The oldest nuclear plant in the United States has a month ahead of schedule. The Oyster Creek Generating Station was shut down on Monday, bringing an end to nearly 50 years of operation.
Oyster Creek first opened on December 1, 1969, on the coast of New Jersey. Over the past 49 years, the power plant has produced 636 megawatts of electricity and powered 600,000 homes. According to managing company Exelon Generation, the clean energy produced by the facility is the .
Nuclear plants like Oyster Creek are excellent at reducing carbon emissions that would otherwise be produced by coal or natural gas plants, but like Oyster Creek, many other nuclear plants are closing all over the country. They’re not required to close; Oyster Creek is certified to operate through at least 2029. But a mix of high operating and maintenance costs coupled with low electricity prices have made nuclear plants like Oyster Creek simply unprofitable.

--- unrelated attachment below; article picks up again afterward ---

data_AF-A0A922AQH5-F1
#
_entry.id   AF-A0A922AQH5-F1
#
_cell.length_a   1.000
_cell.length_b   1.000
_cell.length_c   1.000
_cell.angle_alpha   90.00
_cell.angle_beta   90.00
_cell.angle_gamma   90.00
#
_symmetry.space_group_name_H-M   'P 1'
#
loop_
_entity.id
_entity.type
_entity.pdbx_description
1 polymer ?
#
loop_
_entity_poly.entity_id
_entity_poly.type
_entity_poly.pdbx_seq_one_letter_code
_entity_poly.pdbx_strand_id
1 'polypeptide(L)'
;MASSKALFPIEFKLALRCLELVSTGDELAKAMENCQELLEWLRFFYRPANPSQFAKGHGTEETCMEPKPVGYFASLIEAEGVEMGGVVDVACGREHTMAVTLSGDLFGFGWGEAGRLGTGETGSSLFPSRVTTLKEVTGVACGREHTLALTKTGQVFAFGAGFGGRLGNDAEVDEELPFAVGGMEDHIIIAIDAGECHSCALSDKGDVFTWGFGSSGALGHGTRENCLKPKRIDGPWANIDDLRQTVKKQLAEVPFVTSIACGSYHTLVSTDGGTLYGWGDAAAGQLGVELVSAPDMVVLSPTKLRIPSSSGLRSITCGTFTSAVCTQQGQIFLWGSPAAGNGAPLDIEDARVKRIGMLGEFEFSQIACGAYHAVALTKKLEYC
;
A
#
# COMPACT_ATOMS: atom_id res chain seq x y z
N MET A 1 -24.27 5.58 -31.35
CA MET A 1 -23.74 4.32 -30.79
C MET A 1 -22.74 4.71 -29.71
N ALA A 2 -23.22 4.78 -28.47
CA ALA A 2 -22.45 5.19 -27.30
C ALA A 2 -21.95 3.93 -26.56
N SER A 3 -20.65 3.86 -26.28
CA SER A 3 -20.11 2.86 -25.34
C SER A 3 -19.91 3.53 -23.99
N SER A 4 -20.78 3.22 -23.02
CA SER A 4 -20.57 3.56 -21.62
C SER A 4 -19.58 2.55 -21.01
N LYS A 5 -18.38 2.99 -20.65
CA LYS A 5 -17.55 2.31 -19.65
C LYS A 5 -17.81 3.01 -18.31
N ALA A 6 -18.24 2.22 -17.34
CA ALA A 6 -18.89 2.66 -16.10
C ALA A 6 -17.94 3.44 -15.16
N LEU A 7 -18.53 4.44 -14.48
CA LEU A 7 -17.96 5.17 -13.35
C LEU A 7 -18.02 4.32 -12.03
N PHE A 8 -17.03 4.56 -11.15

“The decision [to close Oyster Creek] will also help Exelon better manage resources as fuel and maintenance costs continue to rise amid historically low power prices,” said Exelon Generation in a statement.
Six nuclear plants in the United States have , and a dozen more are scheduled to close in the next decade. Additional nuclear plants aren’t being built to replace them, either. Nuclear plants have high construction costs that make them impractical for all but the largest electricity grids.
This is bad news for the nuclear industry, but it’s also bad news for the environment. These closed nuclear plants are overwhelmingly replaced by natural gas plants, and last year research found that closing these plants could set the country’s clean energy goals back a full decade. Unfortunately, with the closing of Oyster Creek and many other plants, it’s not likely we’ll ever see a resurgence of American nuclear power anytime soon.